ANCHORAGE — A magnitude-7.1 quake knocked items off shelves and walls in Alaska, jolting the nerves of residents in this earthquake-prone region. There were no reports of injuries, but four homes were lost to explosions or fire following the quake.
Alaska’s state seismologist Michael West called Sunday’s early morning quake the strongest in the state’s south-central region in decades. Alaska often has larger or more powerful earthquakes, such as a 7.9 last year in the remote Aleutian Islands.
In this photo provided by Vincent Nusunginya, items fallen from the shelves litter the aisles inside a Safeway grocery store following a magnitude 6.8 earthquake on the Kenai Peninsula yesterday.
“However, last night’s earthquake is significant because it was close enough to Alaska’s population centres,” West said, adding that aftershocks could continue for weeks.
The earthquake was widely felt by Anchorage residents. But the Anchorage and Valdez police departments said they hadn’t received any reports of injury or significant damage.
The earthquake struck at about 1:30 a.m. Alaska time and was centred 53 miles west of Anchor Point in the Kenai Peninsula, which is about 160 miles south-west of Anchorage, according to the US Geological Survey.
Two homes in Kenai were destroyed in gas leak explosions and the other two were fully engulfed before firefighters determined it was safe enough from gas for them to enter the homes, Kenai battalion chief Tony Prior said. He said firefighters focused on keeping the flames from those homes from spreading to nearby houses.
“No injuries. Thank God,” he said. “The second one was a major explosion. We’re fortunate that no one was hurt.”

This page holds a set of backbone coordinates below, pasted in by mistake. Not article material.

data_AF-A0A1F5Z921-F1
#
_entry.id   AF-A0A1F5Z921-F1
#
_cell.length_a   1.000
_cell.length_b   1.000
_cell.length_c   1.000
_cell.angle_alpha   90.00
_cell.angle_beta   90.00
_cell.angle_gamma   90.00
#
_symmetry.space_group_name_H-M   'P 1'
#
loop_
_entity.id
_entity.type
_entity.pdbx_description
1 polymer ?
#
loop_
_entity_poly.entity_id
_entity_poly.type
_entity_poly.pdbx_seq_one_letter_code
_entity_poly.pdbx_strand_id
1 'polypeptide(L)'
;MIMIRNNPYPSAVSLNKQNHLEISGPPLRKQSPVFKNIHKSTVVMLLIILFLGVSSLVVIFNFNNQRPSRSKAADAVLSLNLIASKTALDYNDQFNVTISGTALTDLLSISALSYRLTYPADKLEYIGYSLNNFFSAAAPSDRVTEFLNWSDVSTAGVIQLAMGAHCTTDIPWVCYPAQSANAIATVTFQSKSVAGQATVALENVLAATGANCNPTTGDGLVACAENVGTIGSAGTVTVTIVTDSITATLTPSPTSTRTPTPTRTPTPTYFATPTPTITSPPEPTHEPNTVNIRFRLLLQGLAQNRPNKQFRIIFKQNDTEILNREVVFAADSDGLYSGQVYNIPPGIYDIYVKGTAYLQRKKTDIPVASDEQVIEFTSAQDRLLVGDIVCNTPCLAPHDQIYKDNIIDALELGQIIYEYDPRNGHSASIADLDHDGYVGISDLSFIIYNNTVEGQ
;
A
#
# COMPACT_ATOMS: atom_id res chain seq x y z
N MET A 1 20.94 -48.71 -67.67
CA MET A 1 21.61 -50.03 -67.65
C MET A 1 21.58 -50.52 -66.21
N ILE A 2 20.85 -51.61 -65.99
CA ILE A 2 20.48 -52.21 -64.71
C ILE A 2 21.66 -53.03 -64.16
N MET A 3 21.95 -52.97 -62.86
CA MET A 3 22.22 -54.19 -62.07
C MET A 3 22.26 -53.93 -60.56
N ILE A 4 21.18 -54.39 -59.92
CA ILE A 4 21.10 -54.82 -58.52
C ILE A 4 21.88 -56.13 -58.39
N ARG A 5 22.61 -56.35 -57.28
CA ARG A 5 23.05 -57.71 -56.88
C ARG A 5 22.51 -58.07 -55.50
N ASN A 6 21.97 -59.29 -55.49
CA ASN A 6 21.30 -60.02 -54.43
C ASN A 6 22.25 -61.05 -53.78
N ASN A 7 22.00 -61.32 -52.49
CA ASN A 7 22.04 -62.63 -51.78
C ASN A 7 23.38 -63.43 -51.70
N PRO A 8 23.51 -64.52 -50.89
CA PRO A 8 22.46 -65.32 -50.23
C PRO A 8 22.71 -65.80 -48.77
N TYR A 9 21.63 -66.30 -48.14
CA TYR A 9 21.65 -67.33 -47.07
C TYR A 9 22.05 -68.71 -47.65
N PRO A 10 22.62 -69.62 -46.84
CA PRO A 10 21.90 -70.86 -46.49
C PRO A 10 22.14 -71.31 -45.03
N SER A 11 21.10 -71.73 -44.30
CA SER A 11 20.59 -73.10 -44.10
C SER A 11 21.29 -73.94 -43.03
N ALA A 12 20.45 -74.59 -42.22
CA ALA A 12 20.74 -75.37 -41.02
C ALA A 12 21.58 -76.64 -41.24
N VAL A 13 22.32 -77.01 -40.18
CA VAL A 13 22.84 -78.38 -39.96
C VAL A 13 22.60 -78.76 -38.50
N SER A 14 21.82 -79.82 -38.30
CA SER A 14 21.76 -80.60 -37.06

About 30 homes were evacuated, and some people took shelter at the Kenai National Guard Armory.
Workers with the gas utility were examining the remaining homes yesterday afternoon with the goal of getting displaced residents back in their homes later in the day.
The US Geological Survey initially reported the quake as a magnitude-7.1, but downgraded shortly afterward to magnitude-6.8 before raising it back to 7.1.
“Some earthquakes have challenges associated with them, they are unusual or hard to monitor,” West said. “This is neither of them. Southern Alaska is well instrumented, and this earthquake is of the style and type that we would expect in this area.”
The biggest aftershock yesterday was 4.7, and West said a magnitude-5 or magnitude-6 aftershock was possible.
There were reports of scattered power outages from the Matanuska Electric Association and Chugach Electric in the Anchorage area. The Homer Electric Association reported on its website that about 4,800 customers were without power early yesterday in the Kenai Peninsula.
The Alaska Department of Transportation reported on its Facebook page that there was road damage near the community of Kasilof, on the Kenai Peninsula.
Alaska’s Governor Bill Walker said in a statement yesterday that he was relieved there wasn’t more damage. He urged all Alaskans to have a response plan for when a major natural disaster took place.
The hashtag #akquake trended early yesterday on Twitter as people shared their experiences and posted photos of items that had fallen off walls and shelves.